11 different pre-defined traffic load scenarios, which measured energy consumed per Mbps, were tested, with this study revealing that 5G RAN technology is significantly more efficient per data traffic capacity than legacy technologies.
It appeared that several hardware and software features that come with the 5G were able to aid the saving of energy.
Sustainable transformation: why climate change and the digital agenda are more closely linked than ever
Climate change looks set to be the biggest driver of organisational change over the coming decades, but Fergus Navaratnam-Blair of Source Global Research argues that this change will feel, for most businesses, like a natural extension of—not a break with—their digital transformation stories. Read here
Utilising Nokia’s AirScale portfolio, including AirScale Base Stations and AirScale massive MIMO Adaptive Antenna solutions, on-site base station energy consumption readings in various traffic load scenarios were combined, ranging from 0-100%.
Additionally, remote monitoring of actual power consumption through the network management systems was put in place.
Further measures required
With 5G rollout set to dramatically increase traffic, it’s vital that energy consumption doesn’t rise at the same rate.
While 5G is a natively greener technology, with more data bits per kilowatt of energy than any previous wireless technology generation, networks will require further enhancement of efficiency, as well as needing to continue minimising CO2 emissions.
Features that can aid this, which can be found at the radio base station and network levels, include 5G power saving features, small cell deployments and new 5G architecture and protocols.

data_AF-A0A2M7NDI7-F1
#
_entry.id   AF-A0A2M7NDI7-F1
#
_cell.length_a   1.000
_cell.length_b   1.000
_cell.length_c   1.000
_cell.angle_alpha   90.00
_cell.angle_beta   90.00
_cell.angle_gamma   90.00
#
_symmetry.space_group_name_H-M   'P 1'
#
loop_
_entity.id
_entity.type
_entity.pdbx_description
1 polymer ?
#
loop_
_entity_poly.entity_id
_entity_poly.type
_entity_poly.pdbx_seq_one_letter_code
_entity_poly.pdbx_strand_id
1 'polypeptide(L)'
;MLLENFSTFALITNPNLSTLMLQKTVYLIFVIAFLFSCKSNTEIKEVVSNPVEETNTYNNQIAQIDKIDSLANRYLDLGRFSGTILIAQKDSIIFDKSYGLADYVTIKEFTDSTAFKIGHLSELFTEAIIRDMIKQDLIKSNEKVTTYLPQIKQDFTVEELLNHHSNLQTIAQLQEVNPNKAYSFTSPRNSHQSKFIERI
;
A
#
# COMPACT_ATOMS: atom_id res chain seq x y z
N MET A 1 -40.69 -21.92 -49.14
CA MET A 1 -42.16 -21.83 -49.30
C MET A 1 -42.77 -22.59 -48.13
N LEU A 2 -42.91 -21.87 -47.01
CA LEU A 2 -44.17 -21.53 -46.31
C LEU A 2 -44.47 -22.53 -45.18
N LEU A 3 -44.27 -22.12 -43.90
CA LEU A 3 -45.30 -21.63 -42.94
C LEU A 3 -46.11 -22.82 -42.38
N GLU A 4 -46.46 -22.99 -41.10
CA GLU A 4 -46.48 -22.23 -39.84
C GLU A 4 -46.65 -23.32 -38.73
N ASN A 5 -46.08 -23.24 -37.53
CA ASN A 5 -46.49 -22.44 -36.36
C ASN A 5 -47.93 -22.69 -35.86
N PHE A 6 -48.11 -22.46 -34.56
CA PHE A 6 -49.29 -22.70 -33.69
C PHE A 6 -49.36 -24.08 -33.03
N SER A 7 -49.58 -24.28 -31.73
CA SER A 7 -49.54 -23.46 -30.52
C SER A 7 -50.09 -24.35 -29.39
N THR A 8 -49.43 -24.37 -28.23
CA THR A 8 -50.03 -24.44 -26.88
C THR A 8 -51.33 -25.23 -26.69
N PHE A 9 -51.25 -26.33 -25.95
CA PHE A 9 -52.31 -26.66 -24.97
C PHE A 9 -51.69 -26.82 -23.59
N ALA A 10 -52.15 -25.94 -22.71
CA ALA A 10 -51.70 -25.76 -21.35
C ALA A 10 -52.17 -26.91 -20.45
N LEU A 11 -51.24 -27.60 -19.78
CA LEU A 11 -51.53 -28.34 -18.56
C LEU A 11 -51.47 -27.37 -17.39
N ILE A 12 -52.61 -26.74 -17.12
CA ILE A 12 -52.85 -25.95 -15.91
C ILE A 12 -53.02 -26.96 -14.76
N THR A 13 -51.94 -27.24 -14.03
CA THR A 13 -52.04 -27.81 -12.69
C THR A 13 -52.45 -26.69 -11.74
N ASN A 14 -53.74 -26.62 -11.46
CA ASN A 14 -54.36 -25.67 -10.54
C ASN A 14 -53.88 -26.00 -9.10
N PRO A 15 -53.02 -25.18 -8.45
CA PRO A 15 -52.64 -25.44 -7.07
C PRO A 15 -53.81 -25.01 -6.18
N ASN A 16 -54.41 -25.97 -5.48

Alongside this study, Nokia and Telefónica are developing smart energy network infrastructure and power saving features based on artificial intelligence (AI) and machine learning (ML), as well as collaborating to build green 5G networks.
In addition, both companies are looking to limit global warming to 1.5 Celsius, and Nokia is aiming to decrease emissions from its operations by 41% by 2030.
Saving the planet one byte at a time: how to reduce the carbon footprint of data
“We are committed to supporting action on climate change and engender a sustainable culture throughout our entire company,” said Juan Manuel Caro, director of operational transformation at global CTIO at Telefónica.
“We are proud to work collaboratively with Nokia on this project and others to address a range of initiatives including driving energy efficiencies in the 5G era.”
Tommi Uitto, president of mobile networks at Nokia, commented: “Our greatest contribution to overcoming the world’s sustainability challenges is through the solutions and technology we develop and provide.
“We place huge importance on this. Nokia’s technology is designed to be energy efficient during use, but also require less energy during manufacture.
“This important study highlights how mobile operators can offset energy gains during their rollouts, helping them to be more environmentally responsible while allowing them to achieve significant cost savings.”